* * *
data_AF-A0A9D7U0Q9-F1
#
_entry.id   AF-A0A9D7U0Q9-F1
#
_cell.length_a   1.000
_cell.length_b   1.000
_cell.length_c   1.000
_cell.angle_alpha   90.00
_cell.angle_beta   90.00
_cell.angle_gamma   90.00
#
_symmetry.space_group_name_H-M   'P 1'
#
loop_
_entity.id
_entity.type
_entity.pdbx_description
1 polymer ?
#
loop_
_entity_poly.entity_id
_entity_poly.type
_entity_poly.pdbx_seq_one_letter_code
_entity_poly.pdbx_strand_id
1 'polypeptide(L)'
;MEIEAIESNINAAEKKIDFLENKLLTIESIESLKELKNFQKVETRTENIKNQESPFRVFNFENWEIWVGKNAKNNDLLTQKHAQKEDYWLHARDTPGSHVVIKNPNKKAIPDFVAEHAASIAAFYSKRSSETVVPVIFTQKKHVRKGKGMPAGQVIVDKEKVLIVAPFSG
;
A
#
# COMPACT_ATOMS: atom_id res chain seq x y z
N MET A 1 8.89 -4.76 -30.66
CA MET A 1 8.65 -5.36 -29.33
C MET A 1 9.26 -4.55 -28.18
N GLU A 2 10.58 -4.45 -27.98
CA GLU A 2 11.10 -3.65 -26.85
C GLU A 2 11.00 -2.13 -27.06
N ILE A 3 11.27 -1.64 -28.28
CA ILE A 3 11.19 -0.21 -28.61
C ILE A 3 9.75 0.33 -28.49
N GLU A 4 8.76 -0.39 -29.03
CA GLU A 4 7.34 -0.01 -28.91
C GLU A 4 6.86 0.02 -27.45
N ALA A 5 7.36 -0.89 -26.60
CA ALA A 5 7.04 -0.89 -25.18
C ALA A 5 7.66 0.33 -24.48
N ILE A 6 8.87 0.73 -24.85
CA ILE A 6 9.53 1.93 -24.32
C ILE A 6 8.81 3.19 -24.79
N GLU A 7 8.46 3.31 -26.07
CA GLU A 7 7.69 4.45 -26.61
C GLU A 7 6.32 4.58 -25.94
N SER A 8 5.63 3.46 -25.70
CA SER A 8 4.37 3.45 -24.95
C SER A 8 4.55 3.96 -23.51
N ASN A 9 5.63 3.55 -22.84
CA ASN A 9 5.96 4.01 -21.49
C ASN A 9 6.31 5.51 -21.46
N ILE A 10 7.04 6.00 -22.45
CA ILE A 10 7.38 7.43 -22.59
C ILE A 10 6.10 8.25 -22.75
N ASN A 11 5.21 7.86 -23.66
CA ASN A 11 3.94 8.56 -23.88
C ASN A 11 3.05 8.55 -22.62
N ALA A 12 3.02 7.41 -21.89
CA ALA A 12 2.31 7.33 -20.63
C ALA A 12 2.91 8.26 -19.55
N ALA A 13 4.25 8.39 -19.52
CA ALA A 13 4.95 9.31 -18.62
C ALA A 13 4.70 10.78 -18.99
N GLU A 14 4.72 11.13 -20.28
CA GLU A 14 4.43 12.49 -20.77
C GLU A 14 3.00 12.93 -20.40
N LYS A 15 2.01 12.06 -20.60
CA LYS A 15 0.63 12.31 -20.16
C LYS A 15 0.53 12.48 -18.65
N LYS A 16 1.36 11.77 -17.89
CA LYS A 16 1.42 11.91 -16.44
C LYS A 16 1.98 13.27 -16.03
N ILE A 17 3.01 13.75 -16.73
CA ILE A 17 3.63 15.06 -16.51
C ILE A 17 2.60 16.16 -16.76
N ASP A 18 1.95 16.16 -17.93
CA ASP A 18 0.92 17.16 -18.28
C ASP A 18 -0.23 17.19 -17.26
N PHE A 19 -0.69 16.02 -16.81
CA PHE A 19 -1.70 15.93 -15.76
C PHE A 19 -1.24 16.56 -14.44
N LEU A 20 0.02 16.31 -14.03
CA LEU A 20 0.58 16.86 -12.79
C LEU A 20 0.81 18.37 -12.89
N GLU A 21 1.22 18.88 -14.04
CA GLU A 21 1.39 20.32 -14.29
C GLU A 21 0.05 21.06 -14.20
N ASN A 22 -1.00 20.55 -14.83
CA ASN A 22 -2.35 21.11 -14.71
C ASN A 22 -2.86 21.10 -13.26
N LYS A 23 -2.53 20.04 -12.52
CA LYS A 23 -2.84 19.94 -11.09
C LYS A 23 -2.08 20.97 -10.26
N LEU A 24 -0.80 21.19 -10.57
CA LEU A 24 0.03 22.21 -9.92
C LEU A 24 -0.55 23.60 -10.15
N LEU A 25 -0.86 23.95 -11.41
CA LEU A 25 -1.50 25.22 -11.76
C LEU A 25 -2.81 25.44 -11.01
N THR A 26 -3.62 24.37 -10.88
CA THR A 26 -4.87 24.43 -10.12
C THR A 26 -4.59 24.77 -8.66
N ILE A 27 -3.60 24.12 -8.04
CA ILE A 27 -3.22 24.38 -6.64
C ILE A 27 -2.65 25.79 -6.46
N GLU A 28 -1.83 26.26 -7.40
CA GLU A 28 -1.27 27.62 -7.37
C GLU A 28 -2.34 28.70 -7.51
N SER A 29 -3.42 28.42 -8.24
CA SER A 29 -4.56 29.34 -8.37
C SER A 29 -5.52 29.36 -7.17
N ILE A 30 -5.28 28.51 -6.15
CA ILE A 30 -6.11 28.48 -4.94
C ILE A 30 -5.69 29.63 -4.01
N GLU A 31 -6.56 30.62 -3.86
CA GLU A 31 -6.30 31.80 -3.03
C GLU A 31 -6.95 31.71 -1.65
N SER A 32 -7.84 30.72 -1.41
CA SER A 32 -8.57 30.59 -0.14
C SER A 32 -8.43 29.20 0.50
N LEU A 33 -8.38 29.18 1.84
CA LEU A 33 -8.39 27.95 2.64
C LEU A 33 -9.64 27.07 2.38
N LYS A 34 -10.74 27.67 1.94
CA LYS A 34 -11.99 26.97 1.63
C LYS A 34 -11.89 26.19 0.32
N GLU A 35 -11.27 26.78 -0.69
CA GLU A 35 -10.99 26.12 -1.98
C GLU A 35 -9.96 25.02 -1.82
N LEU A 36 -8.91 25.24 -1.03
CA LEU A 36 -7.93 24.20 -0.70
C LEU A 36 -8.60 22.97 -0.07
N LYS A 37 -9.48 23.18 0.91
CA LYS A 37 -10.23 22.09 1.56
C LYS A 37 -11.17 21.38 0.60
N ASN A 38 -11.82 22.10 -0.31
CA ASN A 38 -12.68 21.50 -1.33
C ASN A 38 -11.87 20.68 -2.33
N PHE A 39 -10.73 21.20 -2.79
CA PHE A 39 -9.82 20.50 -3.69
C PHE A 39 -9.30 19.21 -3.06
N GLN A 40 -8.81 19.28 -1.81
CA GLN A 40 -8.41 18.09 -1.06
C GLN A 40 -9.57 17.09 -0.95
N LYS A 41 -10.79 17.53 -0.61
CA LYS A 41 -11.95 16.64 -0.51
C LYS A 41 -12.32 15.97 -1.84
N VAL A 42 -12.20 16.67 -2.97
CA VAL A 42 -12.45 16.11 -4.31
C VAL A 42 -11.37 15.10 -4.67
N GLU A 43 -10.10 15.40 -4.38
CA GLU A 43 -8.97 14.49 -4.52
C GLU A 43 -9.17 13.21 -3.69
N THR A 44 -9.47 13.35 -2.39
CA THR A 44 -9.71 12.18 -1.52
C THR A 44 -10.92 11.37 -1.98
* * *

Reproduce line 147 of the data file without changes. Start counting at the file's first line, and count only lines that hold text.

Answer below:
C PHE A 39 -9.30 19.21 -3.06